I agree sometimes outsourcing can be short sighted and damaging. To outsource to please investors for next years figures is bad business practice (often encouraged by the structure of bonuses. If your bonus is paid out on short term targets, people will take short term views as that is the criteria that has been set for “success”)

    At other times it can be essential to the viability of a business, if your competitors are sourcing a particular component much cheaper than you can produce in house and you don’t have the resources available to match their level of expertise, to continue to produce that component in house purely to preserve those jobs could end up threatening the viability of the whole business.

    Apple don’t produce their own screens, they outsource that to another company who can do a better job. The investment it would take for Apple to produce a screen with the same quality and cost as LG would be stupid to pursue that line.

  25. ALAN
    Good points. It would take an intellectual and communication effort perhaps beyond what the Civil Service or industry could manage to see which industries and which combinations of components and design add up to a gain in long-term and sustained profitablitiy;. I imagine Apple, for example, went through that process with specific products and workforces in mind, as, for example, might Cadbury’s in the old days; including the gain they have both got from customer and popular perception and from their historical place as institutions.

  26. @Alan

    “Apple don’t produce their own screens, they outsource that to another company who can do a better job.”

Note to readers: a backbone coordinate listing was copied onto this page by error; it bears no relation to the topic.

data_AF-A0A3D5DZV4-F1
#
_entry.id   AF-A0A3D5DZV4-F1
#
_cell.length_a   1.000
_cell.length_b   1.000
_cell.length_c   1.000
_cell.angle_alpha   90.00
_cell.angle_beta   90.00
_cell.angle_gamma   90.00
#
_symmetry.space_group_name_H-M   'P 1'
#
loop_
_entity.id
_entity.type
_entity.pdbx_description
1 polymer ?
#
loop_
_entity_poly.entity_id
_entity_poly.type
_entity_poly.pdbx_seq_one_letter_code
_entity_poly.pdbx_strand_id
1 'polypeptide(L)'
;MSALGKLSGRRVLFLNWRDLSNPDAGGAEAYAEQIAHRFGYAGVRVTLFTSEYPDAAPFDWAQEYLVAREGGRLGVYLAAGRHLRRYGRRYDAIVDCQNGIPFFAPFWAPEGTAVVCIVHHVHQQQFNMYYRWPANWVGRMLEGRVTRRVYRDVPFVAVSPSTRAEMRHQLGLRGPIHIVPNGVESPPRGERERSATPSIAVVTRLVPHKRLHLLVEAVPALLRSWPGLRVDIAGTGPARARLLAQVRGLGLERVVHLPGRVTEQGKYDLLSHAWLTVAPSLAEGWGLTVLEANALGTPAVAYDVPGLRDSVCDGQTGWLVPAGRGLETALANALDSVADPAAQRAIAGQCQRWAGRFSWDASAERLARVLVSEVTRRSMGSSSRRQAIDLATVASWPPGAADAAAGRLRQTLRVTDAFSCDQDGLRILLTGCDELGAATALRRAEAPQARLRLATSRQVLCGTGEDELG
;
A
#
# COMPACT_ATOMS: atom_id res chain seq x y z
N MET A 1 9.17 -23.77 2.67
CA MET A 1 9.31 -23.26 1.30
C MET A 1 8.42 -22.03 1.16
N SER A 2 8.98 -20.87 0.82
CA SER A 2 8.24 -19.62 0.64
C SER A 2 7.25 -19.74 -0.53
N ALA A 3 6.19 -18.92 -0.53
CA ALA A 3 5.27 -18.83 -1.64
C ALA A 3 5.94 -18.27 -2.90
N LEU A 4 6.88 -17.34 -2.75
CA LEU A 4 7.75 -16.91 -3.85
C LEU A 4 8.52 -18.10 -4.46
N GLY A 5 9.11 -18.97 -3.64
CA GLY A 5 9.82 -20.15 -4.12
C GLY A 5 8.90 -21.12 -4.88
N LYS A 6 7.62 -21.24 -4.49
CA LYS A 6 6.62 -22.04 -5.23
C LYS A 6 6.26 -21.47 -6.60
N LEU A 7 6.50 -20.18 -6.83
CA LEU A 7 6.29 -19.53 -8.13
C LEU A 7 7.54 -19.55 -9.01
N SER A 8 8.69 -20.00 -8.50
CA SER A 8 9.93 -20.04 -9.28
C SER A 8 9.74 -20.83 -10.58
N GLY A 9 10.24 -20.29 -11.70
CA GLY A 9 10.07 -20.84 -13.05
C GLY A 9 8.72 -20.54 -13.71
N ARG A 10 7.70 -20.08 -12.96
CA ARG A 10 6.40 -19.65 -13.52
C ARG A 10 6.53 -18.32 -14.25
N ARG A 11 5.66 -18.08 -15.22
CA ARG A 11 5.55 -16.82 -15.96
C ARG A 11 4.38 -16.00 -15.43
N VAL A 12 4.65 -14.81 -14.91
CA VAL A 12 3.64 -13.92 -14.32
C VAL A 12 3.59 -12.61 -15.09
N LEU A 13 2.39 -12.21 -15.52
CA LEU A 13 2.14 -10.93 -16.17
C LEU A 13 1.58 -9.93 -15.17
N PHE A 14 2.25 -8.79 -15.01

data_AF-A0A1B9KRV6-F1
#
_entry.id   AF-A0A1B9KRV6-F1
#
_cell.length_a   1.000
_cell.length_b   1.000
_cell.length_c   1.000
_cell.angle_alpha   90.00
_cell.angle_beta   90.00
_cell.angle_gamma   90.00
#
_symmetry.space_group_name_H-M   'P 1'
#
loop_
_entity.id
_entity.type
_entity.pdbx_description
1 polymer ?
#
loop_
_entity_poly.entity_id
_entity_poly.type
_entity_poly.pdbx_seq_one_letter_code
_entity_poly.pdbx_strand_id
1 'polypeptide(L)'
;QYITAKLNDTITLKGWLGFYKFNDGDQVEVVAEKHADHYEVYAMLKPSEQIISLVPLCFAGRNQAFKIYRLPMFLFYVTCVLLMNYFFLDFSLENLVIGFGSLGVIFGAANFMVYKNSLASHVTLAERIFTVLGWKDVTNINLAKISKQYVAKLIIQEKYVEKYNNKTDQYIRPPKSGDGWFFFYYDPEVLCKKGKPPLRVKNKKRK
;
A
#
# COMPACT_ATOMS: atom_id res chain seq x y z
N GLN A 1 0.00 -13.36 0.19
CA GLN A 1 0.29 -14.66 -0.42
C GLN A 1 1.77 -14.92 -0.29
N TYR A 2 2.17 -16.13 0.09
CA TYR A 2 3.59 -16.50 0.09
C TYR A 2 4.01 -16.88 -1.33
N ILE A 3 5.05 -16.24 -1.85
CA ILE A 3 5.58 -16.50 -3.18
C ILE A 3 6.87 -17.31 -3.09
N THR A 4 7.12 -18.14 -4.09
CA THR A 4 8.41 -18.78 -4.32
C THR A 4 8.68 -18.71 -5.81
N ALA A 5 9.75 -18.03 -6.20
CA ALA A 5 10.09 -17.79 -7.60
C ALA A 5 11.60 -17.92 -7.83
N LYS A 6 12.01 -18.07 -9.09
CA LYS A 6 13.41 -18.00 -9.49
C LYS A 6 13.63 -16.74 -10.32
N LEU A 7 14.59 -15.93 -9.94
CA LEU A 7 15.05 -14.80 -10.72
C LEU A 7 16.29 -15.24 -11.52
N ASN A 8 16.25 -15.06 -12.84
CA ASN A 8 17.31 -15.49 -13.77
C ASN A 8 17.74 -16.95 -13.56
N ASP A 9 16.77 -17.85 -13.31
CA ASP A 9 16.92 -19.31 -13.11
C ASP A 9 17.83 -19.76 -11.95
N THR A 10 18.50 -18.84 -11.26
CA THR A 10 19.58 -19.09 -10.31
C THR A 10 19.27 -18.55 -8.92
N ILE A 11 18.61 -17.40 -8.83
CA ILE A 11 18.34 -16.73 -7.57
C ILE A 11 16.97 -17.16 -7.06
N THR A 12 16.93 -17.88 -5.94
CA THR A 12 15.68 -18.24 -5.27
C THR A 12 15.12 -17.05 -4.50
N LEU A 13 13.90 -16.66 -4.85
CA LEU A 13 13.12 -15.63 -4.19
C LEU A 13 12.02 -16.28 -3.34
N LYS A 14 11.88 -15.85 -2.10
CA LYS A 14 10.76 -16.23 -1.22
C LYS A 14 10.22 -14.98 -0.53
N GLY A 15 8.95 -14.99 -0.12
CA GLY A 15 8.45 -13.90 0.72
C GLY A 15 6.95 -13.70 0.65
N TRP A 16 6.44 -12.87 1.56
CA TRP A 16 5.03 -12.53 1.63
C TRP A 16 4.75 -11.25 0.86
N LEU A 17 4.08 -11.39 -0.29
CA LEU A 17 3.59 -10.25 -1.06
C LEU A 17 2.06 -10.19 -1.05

No, that is supply chain, not outsourcing. Outsourcing takes functions that you already do, and puts them out for other organisations to bid for and operate. The outsourcing that Apple do is getting companies like Foxconn to assemble the iPad.

  27. The Sheep

    The only distinction being a historical one then?

    If Apple originally produced their screens and realised they weren’t good enough/cheap enough so went elsewhere instead of continuing down the same path would be outsourcing and therefore bad?

    Either it’s good for a company to produce their own components (via investment to get the tools/experience needed to compete) or it isn’t historical significance might mean that the gap is smaller than if you were starting from scratch, it still might mean that the gap is too large to try and do everything.

    John Pilgrim

    I agree and that is where having a trade union that works with the management to determine where the company can match it’s competitors and where it can’t would be better for everyone. There does seem to be a default position of “no job cuts anywhere” as the starting position for negotiations. It’s not only management that can be guilty of short term bad decisions, preserving jobs now at the expense of jobs later due to keeping a company uncompetitive is not good for the workers as a whole.



    “Vlad the Impaler, like moi, was much misunderstood and actually, again like moi, a very nice bloke indeed.

    Yes, he impaled a few people and threw others of the top of castles but this was never done in a nasty way – and there was no press censorship about it either”

    ” Actually I just googled him and he wasn’t as nice as I had thought. I think he may have deterred the bankers quite well though”